A study performed at the Los Alamos National Laboratory found that millimeter wave body scanners commonly used by airport security can alter your DNA.
On 19 February 2017, conspiracy and metaphysics web site “Collective Evolution” published an article (titled “Los Alamos Study Finds Airport Scanners Can Rip Apart & Alter DNA”) that was written by Kathy J. Froti, a clinical psychologist with no professional background in biology or physics who claims to have been taught “how key mathematical information affects the consciousness of the cells” from “multi-dimensional beings of light whose goal is to bring healing to our world” after a near-death experience.
In that post, she reviews a litany of complaints about the older backscatter x-ray scanners once employed by the Transportation Security Administration before diving into perceived health risks of the newer, millimeter wave technology:
Now they also want us to believe that the replacement technology, millimeter wave “digital strip search” scanners, are also “perfectly safe”. Don’t believe it for a second. […] These millimeter wave technologies are designed to bombard innocent travelers with high frequency energy particles known as terahertz photons.
A study conducted by Boian S. Alexandrov et.al. at the Center for Nonlinear Studies at Los Alamos National Laboratory in New Mexico, revealed that these terahertz waves could “…unzip double-stranded DNA, creating bubbles that could significantly interfere with processes such as gene expression and DNA replication.”
The new technology Froti describes, referred to by the TSA as “millimeter wave Advanced Imaging Technology”, has been in common use at American airports since 2012. It works by bouncing electromagnetic waves of a specific frequency range called terahertz radiation, which is described in a 2007 report on its potential for security applications:
Terahertz (THz) waves, or submillimeter/far-infrared waves, refer to electromagnetic radiation in the frequency interval from 0.1 to 10 THz. They occupy a large portion of the electromagnetic spectrum between the mid-infrared and microwave bands.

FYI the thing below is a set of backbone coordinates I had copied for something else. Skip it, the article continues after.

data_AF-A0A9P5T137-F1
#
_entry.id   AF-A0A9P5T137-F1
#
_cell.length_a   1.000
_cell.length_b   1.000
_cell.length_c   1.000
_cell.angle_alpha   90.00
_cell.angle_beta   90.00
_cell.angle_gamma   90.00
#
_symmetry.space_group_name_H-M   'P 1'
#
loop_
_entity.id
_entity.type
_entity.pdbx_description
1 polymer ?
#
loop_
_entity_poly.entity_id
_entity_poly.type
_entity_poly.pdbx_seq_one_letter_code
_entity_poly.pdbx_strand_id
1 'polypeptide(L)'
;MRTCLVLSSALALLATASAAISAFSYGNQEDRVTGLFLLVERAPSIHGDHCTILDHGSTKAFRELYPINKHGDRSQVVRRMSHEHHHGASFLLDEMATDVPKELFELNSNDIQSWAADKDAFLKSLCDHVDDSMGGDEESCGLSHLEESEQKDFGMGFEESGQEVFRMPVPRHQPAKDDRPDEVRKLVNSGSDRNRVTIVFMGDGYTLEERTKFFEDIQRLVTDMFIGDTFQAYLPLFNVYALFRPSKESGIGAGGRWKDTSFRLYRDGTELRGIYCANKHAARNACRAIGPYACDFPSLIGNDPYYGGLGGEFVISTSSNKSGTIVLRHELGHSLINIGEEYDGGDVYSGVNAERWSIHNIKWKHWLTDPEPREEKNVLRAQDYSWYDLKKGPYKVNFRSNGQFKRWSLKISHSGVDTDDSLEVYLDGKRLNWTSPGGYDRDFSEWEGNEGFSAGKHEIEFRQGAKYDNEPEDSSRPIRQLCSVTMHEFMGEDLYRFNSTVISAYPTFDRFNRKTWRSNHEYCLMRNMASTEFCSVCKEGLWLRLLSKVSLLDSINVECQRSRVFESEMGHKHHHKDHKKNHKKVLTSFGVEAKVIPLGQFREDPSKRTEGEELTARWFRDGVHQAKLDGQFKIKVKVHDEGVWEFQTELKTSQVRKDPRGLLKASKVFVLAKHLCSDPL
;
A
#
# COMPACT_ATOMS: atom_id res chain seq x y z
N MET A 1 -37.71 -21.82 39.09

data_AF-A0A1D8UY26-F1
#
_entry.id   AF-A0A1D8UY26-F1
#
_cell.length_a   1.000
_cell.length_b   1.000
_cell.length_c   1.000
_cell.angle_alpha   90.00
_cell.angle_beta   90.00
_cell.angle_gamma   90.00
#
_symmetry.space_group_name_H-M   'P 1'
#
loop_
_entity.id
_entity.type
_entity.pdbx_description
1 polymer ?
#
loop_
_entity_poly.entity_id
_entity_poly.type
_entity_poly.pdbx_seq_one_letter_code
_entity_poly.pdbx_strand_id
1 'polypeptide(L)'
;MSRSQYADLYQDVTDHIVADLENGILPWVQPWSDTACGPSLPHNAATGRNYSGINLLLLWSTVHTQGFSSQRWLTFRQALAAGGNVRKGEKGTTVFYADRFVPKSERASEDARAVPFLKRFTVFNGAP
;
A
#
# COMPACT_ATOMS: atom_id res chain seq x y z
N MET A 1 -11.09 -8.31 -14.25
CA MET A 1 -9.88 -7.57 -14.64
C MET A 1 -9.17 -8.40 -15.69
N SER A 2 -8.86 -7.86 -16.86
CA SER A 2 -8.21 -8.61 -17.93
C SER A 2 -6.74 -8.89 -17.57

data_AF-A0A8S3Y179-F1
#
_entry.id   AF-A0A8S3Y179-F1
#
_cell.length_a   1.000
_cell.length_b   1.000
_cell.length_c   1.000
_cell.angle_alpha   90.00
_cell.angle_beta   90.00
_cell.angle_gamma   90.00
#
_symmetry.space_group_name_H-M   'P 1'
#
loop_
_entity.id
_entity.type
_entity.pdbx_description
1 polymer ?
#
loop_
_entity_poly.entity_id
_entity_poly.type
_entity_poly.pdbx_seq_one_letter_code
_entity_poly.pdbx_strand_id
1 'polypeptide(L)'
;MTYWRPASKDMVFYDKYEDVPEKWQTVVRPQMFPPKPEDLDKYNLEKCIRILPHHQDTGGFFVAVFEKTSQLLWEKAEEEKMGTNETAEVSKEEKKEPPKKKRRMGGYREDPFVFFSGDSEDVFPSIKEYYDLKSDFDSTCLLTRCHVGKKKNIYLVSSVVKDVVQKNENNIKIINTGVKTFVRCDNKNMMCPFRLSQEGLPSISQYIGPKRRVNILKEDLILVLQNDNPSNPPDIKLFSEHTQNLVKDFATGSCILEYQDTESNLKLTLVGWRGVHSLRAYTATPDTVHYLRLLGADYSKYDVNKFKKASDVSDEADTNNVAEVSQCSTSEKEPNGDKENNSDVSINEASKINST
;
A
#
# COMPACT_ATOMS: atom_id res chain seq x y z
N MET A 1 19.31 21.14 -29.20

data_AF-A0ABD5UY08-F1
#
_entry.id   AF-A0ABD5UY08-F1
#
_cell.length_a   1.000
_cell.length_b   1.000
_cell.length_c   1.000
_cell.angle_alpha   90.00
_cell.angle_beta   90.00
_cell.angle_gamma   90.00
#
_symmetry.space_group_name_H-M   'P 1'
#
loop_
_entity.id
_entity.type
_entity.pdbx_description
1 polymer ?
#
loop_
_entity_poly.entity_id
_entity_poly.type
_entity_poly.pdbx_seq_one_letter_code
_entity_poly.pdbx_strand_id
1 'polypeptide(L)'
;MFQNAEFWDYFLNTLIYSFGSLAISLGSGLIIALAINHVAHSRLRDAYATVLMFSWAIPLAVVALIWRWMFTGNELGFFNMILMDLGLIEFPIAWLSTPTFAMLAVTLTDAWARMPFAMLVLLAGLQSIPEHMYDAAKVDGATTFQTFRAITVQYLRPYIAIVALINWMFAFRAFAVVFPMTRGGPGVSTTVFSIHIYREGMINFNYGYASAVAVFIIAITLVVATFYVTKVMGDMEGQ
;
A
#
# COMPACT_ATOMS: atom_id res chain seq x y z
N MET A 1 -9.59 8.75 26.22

To support her argument that these devices are dangerous, she links to a 2009 MIT Technology Review article discussing a study (the “Los Alamos study”) that sought to address interactions between the natural frequencies present in the hydrogen bonds of DNA and a THz field:
At first glance, it’s easy to dismiss any notion that they can be damaging. Terahertz photons are not energetic enough to break chemical bonds or ionise atoms or molecules, the chief reasons why higher energy photons such as x-rays and UV rays are so bad for us. But could there be another mechanism at work? […]
[Lead author of the study Boian] Alexandrov and co have created a model to investigate how THz fields interact with double-stranded DNA and what they’ve found is remarkable. They say that although the forces generated are tiny, resonant effects allow THz waves to unzip double-stranded DNA, creating bubbles in the double strand that could significantly interfere with processes such as gene expression and DNA replication.
Because (and despite Froti’s claim of “high energy”) these electric fields are not strong enough to actually cleave chemical bonds, they reasoned that another mechanism must be present if terahertz fields are to impart any biologic effect. In their study, Alexandrov and colleagues wanted to investigate the possibility that terahertz radiation, because it is similar in frequencies of energy holding hydrogen bonds together, could possibly interact in a way so as to amplify each other’s signals to the point where it could break chemical bonds:
The energy of [terahertz] radiation is too low to directly disrupt any chemical bonds or cause electronic transitions. Only a resonance-type interaction might lead to an appreciable, biological effect. In biomolecules such interactions are possible through the ubiquitous hydrogen bonds that have energies in the THz range.